Saved from the death chamber
and report from Georgia on another last-minute victory for an innocent man.
FOR THE third time in 16 months, Georgia death row prisoner Troy Davis has been saved from a scheduled execution by a last-minute stay.
On October 24, a three-judge panel of the 11th U.S. Circuit Court of Appeals halted Davis' execution, set for three days later, so his lawyers could make their case that evidence of his innocence should be heard by a court.
Earlier in the month, the U.S. Supreme Court refused, without explanation, to take up a similar appeal for the justices to examine Troy's 1991 murder conviction, which was based almost entirely on testimony from eyewitnesses who have nearly all recanted their stories. The state of Georgia lost no time in setting a new execution date for October 27.
But Troy's supporters, shocked by the Supreme Court decision, also swung into action with an all-out campaign to pressure Georgia state officials and the courts to stop a terrible injustice from taking place.
On the 24th, a group of Troy's supporters gathered in Atlanta to deliver petitions against the execution with more than 140,000 signatures to the state Board of Pardons and Paroles.
The group staged a mock funeral procession to symbolize the death of justice, with a cardboard coffin, flowers and pallbearers. Despite a row of cops lined up to block the entrance to the building, a delegation managed to hand over the petitions.
The procession moved to the state capitol building, where another delegation went inside to deliver a statement signed by more than 100 Georgia clergy demanding that Gov. Sonny Perdue intervene to stop the upcoming execution.
After another 15 minutes of waiting in the rain, someone suddenly yelled, "A stay of execution...we won a stay of execution!" The group was silent at first, as if stunned. After several organizers of the event confirmed the stay, people started yelling, cheering, hugging and crying. The pastor of the Ebenezer Baptist Church led the gathering in a jubilant and powerful rendition of "This Little Light of Mine"--with the lyrics going, "Up on death row, I'm gonna' let it shine."
The day before the stay was announced was an international day of action in support of Troy. There were mobilizations in Arizona, California, Colorado, the District of Columbia, Illinois, Michigan, New Hampshire, New York, Pennsylvania, Virginia and Washington State--and internationally in Belgium, Britain, France and Italy.
In Atlanta, more than 300 people crowded onto the steps of the capitol building. One of the speakers was Darryl Hunt, who spent almost 20 years in a North Carolina prison for rape and murder before he was exonerated and freed. As Daryl vowed, "We're going to get justice for Troy Davis."
That same sentiment was heard in the other rallies. In New York City, for example, more than 100 people gathered outside Penn Station to hear speakers from Amnesty International, the Green Party, the Legal Aid Lawyers Union and the Campaign to End the Death Penalty.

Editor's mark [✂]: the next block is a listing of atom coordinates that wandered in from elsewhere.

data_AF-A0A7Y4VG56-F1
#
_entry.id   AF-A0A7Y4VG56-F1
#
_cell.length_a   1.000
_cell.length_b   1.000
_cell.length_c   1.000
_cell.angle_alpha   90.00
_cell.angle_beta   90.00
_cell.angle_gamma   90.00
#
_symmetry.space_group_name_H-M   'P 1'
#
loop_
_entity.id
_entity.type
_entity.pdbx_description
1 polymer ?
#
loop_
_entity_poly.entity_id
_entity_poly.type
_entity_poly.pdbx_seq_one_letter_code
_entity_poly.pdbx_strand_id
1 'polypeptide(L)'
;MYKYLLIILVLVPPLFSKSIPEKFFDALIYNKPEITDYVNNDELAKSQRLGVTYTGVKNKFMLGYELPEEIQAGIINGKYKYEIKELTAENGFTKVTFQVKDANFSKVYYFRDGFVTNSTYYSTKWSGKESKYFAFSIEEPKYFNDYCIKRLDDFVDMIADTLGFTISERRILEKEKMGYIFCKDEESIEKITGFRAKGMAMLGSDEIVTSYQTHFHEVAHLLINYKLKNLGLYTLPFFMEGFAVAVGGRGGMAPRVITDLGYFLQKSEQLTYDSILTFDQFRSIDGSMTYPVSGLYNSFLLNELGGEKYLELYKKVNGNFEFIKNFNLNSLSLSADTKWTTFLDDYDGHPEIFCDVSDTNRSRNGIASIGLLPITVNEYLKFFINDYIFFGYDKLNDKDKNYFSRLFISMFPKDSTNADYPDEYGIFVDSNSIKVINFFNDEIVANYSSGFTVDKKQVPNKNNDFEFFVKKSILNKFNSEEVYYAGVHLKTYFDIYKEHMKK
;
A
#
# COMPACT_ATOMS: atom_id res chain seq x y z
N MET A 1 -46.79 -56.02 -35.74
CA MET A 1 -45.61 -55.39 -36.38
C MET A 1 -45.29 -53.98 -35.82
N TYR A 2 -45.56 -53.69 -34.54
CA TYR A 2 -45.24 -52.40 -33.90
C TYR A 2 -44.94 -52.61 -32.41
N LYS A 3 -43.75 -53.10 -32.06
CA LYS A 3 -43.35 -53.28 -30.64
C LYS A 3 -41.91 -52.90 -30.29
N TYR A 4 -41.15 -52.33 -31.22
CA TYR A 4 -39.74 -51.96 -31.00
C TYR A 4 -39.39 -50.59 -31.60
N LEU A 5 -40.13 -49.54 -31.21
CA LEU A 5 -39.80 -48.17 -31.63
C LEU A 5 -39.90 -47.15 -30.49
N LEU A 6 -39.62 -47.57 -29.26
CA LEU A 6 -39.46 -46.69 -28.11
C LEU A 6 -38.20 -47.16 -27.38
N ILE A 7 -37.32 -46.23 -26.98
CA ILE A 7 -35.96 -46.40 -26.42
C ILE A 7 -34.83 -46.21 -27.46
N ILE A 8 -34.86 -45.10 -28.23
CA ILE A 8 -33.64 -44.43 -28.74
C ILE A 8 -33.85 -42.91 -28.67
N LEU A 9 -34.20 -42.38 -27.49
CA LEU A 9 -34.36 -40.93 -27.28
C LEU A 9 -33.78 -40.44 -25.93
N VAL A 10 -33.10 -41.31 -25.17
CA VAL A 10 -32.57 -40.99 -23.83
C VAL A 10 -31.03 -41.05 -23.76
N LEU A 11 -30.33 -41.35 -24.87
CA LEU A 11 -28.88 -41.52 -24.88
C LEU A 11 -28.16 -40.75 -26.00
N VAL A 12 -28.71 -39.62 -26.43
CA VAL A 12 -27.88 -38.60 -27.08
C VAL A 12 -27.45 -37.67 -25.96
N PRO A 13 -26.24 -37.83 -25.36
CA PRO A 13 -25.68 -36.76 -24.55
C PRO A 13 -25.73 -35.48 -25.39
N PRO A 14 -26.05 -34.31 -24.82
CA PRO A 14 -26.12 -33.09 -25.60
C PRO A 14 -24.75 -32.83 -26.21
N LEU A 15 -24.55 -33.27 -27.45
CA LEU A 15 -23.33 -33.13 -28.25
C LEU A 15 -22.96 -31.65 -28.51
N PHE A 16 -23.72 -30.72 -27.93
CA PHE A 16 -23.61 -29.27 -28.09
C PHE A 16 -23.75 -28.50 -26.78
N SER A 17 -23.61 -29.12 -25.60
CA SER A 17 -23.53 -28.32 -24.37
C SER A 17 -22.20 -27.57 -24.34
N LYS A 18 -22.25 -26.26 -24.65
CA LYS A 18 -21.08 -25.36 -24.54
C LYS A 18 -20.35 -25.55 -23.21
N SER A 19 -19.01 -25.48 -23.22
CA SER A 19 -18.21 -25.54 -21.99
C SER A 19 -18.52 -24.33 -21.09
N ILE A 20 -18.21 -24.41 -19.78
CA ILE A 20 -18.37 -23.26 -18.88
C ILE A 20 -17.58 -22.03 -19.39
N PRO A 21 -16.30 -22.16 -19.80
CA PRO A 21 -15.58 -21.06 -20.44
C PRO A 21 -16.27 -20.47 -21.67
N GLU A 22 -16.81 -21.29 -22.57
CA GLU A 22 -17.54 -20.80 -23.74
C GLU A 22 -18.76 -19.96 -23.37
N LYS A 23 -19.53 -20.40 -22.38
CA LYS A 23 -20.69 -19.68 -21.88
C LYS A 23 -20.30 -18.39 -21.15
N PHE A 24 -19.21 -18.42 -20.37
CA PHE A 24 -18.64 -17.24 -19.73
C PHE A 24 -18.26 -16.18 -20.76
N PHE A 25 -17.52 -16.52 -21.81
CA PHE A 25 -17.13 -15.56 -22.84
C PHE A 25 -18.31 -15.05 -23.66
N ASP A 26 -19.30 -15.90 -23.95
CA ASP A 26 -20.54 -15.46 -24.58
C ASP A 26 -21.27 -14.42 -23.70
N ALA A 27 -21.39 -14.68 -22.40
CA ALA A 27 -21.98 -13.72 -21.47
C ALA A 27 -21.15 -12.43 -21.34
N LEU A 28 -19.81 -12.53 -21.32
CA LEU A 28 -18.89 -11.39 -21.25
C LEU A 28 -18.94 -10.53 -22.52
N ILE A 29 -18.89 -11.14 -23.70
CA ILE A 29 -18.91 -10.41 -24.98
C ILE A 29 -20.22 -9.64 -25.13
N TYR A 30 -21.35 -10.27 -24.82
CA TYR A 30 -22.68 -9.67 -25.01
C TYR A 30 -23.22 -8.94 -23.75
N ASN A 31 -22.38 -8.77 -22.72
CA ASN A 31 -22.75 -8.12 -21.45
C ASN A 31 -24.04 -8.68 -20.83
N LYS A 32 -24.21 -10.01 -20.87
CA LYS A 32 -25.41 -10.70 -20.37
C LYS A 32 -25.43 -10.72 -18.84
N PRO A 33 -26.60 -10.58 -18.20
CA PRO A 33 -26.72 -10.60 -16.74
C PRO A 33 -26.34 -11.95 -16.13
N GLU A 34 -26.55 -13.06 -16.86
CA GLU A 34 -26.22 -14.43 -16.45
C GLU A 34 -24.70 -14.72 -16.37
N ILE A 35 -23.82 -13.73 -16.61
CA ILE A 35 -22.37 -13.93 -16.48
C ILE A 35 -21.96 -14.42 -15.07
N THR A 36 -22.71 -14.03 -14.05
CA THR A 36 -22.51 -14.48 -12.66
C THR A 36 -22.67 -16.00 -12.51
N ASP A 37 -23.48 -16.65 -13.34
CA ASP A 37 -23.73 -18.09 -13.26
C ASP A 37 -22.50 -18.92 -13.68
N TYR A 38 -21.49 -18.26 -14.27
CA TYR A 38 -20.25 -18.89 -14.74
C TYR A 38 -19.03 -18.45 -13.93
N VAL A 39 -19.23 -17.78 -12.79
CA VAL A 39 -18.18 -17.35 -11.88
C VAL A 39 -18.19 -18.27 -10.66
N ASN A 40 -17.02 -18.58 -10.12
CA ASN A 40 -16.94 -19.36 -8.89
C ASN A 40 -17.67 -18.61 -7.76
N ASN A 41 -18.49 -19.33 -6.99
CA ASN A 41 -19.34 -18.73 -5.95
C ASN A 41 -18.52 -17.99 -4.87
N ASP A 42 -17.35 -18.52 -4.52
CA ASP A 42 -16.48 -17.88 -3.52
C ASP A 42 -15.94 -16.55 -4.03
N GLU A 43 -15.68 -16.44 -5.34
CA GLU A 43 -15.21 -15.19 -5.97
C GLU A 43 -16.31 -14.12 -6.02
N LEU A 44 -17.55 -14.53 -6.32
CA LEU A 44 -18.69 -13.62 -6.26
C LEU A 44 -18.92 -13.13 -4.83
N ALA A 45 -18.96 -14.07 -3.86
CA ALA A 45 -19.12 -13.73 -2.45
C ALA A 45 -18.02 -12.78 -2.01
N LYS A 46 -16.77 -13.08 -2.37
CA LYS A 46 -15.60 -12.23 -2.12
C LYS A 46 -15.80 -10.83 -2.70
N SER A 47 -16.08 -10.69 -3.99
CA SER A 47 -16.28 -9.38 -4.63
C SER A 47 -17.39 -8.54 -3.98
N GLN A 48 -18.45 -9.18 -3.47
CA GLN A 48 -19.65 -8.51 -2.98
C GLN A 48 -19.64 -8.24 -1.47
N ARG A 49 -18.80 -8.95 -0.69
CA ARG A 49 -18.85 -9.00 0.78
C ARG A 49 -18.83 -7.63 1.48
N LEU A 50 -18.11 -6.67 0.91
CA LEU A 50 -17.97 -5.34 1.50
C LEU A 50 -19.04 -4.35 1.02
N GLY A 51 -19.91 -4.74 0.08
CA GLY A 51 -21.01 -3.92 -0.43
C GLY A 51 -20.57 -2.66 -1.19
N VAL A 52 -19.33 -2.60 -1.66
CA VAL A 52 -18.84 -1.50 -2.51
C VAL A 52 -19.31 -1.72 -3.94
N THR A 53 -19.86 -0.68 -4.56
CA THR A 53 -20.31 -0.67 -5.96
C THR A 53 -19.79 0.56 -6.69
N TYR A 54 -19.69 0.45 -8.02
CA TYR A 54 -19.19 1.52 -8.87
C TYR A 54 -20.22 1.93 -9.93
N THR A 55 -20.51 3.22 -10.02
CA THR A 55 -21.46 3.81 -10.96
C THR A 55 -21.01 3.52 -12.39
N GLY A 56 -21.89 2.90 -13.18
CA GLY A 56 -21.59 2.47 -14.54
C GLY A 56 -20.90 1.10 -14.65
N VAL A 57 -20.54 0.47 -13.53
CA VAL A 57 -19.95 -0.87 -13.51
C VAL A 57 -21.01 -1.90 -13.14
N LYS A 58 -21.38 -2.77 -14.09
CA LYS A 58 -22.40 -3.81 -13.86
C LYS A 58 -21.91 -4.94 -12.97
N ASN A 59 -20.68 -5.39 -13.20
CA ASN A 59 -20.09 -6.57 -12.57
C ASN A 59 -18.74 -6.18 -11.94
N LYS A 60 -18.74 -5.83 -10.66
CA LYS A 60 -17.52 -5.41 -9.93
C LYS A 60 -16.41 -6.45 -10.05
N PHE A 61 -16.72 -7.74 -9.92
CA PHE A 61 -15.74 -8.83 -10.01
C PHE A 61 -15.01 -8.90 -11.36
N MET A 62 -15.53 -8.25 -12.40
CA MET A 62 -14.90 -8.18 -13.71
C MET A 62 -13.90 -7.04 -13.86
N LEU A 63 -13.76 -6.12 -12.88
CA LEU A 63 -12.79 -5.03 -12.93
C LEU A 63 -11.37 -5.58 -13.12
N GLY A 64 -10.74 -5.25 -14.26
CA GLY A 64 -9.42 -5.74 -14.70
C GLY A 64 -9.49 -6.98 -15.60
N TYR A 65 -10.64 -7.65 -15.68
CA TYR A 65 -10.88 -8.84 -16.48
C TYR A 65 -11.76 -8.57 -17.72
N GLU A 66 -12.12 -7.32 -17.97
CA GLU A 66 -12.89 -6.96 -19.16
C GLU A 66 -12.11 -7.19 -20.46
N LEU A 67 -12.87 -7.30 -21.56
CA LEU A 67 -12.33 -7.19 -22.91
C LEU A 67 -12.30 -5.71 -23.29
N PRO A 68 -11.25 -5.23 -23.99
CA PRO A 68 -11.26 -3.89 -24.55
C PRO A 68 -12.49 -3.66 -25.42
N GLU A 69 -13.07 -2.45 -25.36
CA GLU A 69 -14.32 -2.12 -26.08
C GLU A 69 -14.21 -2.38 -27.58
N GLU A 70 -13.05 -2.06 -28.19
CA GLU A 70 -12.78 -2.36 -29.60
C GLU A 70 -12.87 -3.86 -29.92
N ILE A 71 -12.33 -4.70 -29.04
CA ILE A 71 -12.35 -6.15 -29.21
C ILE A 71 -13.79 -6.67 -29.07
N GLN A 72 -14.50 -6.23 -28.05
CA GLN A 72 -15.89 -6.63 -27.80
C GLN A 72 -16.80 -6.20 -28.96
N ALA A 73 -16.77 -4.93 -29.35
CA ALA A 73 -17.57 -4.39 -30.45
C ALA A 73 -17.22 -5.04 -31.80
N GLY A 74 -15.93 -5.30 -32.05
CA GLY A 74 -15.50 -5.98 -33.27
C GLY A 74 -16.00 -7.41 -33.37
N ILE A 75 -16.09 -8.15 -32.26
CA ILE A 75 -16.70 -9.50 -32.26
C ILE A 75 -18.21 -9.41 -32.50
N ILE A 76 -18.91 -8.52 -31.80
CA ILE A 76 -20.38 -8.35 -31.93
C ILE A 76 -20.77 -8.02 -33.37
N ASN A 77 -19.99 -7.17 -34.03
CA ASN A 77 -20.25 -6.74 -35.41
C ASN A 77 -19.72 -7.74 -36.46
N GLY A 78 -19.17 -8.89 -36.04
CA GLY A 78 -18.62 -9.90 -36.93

The outpouring of opposition showed how Troy's case has moved people around the world--both well-known figures such as Jimmy Carter and Desmond Tutu, and ordinary people--to raise their voices for justice.
TROY'S LAWYERS have 15 days to file a legal brief explaining why the federal appeals court should hear the new evidence of his innocence. Prosecutors will have 10 days to respond, and the court will decide to take up the appeal or reject it.
The facts in Troy's case cry out to be heard. No physical evidence ties him specifically to the murder of Mark MacPhail, a Savannah, Ga., police officer who was shot and killed while off duty and working as a security guard in 1989.
The conviction was based on the testimony of nine eyewitnesses. But since the original trial, seven witnesses have recanted, with many saying they were pressured by police to finger Troy. Of the two witnesses who stick by their story, one was unable to identify Troy initially, and the other was the police's prime suspect at first.
But no jury has ever heard about the recantations. Troy has faced major legal hurdles in getting the courts to take up his case because of so-called "tough-on-crime" laws that severely restrict appeals by death row prisoners--in particular, the 1996 Anti-terrorism and Effective Death Penalty Act signed into law by Bill Clinton.
Martina Correia, Troy's sister and chief advocate, said she and her mother, Virginia Davis, were packing for what they feared would be a last trip to death row when they got the news. "I'm ecstatic," Martina told a reporter. "This movement is building and building and building."
Martina and Troy's other supporters know the fight is far from over. But for the crowd in from of the Georgia capitol building, this reprieve is a reminder of the importance of people standing up for justice.